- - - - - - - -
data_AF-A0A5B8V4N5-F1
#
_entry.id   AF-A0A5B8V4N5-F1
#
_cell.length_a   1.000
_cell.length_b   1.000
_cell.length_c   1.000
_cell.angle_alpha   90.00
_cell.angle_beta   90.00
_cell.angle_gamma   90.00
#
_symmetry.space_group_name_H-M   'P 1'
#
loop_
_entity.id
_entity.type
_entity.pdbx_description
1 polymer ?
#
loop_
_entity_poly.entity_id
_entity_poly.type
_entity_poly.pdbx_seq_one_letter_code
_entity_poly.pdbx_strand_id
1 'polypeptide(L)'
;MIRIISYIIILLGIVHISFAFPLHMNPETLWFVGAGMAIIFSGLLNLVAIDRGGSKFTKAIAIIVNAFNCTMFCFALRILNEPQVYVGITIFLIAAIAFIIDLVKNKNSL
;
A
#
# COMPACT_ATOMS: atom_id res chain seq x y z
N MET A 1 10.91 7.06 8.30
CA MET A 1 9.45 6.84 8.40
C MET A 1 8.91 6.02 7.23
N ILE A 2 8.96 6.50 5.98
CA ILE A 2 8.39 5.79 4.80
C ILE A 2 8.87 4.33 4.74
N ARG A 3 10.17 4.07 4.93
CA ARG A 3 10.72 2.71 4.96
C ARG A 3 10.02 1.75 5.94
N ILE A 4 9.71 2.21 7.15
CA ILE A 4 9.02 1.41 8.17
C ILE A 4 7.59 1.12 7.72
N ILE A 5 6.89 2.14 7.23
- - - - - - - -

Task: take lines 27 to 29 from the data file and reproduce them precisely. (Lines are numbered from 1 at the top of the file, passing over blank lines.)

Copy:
;
A
#